Academic institutions, federal agencies, independent agencies and outside experts have provided objective research to quantify the adverse health effects associated with gas-powered leaf blowers. Please take the time to become informed and encourage a safer and healthier environment.
Chronic environmental noise has several highly prevalent health effects: sleep disruption and heart disease, stress, annoyance, and noise-induced hearing loss.
The effects of chronic environmental noise are insidious and result from increased psychosocial stress and annoyance. Environmental noise is not only a health risk to people who report being annoyed – children in noisy environments experience decreased learning, lower reading comprehension, and concentration deficits. This causes poor school performance, which leads to stress and misbehavior.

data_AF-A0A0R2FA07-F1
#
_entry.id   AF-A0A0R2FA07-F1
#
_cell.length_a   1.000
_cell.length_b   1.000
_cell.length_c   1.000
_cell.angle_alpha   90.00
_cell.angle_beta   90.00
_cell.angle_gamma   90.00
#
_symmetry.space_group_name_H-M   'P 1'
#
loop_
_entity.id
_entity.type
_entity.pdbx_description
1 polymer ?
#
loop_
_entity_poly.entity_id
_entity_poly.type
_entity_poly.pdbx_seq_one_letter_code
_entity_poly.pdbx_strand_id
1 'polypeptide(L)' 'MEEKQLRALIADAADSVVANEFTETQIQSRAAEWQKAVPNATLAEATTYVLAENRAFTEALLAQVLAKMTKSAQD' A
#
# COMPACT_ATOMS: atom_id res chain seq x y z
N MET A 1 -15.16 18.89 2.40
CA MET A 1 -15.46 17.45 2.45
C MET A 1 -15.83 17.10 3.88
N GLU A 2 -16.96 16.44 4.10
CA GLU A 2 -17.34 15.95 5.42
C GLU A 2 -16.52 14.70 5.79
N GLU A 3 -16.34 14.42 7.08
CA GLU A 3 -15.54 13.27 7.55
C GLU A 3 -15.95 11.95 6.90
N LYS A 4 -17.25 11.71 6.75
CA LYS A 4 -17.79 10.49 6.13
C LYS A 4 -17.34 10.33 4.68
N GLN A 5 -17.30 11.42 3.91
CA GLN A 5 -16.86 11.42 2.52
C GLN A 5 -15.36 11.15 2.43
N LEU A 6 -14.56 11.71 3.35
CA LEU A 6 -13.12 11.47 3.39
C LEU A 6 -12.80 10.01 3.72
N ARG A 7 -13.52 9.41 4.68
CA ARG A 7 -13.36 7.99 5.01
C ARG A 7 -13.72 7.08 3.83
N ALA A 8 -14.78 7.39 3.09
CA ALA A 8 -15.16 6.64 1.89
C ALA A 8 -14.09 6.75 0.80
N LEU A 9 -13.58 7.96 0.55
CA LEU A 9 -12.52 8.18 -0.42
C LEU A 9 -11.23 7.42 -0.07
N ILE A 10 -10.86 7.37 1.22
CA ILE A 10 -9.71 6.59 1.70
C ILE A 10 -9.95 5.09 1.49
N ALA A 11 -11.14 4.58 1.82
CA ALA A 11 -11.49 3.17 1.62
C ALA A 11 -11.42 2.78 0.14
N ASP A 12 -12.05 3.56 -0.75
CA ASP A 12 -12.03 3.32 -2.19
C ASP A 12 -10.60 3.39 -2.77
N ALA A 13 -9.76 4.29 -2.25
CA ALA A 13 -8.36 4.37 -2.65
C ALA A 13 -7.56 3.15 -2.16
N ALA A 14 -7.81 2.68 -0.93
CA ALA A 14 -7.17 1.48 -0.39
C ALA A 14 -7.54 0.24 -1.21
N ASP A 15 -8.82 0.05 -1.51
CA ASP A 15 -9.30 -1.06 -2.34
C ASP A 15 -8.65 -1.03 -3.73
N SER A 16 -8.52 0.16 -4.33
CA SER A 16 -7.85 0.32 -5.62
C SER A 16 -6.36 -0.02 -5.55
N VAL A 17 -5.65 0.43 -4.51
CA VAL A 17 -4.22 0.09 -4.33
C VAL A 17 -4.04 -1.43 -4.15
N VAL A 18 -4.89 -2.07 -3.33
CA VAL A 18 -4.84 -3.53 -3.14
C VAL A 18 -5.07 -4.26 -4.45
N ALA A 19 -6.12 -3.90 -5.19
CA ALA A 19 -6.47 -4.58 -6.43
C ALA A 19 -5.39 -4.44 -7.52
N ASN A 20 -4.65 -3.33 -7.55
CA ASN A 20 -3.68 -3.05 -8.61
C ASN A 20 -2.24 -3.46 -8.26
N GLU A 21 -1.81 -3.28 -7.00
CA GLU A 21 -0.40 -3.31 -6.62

At least 145.5 million people are at potential risk of hypertension due to noise.
Uncontrollable noise can significantly impair cognitive performance, according to overwhelming evidence from laboratory experiments. Noise can induce learned helplessness, increase arousal, alter the choice of task strategy, and decrease attention to task.
Gas-powered leaf blower noise has a low frequency dominance, which travels over long distances, penetrates construction walls, and negatively impacts health, productivity, and/or quality of life. Vulnerable populations include workers, children, the elderly, the sick, those who work from home, and those who work overnight shifts.